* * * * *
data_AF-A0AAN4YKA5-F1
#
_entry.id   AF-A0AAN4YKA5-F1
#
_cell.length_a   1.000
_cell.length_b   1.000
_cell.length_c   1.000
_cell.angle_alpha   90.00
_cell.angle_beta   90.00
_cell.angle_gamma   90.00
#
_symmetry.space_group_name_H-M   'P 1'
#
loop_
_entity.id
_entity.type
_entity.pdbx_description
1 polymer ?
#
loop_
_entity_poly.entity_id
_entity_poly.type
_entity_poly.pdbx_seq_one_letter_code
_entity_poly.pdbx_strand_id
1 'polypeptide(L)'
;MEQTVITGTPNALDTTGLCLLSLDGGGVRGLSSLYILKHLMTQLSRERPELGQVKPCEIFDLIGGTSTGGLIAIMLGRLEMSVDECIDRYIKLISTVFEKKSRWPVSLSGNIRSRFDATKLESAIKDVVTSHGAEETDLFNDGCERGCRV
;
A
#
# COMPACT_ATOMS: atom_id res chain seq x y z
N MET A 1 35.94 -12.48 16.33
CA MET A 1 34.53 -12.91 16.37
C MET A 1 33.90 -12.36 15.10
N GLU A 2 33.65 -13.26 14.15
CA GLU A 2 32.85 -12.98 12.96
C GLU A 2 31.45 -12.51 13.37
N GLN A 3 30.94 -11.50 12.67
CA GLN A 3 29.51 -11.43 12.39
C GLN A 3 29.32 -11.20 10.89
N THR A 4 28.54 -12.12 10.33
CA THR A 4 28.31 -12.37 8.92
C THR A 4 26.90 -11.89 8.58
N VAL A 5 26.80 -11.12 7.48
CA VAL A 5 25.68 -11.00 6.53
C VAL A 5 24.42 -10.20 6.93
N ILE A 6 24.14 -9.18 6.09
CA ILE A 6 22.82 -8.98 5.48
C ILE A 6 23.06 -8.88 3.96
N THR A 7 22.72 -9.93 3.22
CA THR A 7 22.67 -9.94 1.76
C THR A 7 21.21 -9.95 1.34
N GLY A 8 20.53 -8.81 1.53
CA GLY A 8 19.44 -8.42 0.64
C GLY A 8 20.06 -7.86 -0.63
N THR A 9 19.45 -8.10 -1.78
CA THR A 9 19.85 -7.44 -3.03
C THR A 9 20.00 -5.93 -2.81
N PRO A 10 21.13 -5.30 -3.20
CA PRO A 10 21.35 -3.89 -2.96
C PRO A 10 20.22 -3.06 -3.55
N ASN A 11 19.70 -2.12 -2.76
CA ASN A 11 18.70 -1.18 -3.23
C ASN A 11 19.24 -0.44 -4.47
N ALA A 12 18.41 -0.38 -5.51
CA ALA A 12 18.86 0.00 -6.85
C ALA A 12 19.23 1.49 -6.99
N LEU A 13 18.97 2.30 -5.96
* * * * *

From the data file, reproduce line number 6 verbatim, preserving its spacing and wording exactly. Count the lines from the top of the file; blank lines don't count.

_cell.length_b   1.000